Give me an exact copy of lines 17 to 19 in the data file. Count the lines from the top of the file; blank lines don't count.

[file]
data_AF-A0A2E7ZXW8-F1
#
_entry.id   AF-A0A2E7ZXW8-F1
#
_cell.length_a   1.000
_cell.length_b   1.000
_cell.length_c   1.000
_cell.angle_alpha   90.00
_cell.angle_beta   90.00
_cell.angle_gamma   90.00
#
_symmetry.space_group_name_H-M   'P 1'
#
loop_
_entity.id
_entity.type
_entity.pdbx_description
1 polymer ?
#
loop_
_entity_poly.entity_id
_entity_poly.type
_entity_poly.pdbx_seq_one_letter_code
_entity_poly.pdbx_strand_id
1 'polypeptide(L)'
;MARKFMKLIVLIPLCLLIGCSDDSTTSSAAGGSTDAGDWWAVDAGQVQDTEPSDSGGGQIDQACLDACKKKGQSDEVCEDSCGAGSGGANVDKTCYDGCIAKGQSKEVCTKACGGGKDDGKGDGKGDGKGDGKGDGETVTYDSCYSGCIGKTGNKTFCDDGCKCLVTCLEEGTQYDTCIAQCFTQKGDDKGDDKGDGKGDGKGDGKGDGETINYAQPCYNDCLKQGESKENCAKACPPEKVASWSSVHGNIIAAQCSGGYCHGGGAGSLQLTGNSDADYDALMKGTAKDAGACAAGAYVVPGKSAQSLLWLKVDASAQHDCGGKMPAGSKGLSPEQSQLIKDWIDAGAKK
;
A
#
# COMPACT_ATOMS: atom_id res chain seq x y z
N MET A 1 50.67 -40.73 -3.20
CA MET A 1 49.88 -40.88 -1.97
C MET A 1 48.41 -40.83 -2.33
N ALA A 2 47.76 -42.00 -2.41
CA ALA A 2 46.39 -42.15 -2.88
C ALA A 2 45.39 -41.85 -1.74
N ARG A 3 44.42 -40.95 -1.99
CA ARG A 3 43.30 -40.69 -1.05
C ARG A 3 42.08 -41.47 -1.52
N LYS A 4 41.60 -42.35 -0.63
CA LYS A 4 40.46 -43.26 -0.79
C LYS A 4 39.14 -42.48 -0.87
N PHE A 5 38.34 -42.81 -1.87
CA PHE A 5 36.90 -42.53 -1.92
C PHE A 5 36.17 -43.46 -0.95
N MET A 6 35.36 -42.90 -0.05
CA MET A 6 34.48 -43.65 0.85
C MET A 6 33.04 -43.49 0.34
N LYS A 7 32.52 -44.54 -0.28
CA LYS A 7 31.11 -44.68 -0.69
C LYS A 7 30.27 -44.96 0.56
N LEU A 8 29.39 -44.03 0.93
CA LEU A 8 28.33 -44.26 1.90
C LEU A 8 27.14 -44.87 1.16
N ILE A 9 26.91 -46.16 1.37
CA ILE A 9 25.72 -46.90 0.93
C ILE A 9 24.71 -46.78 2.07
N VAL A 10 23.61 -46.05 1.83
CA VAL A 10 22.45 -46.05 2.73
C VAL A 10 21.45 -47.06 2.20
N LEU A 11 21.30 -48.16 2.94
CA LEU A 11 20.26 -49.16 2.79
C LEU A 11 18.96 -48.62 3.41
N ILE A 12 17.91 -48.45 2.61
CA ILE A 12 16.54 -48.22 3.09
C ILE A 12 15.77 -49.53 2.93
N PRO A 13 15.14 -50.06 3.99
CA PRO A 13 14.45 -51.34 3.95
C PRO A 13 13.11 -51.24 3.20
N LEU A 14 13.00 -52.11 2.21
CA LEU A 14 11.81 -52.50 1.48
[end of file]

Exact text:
_entity.pdbx_description
1 polymer ?
#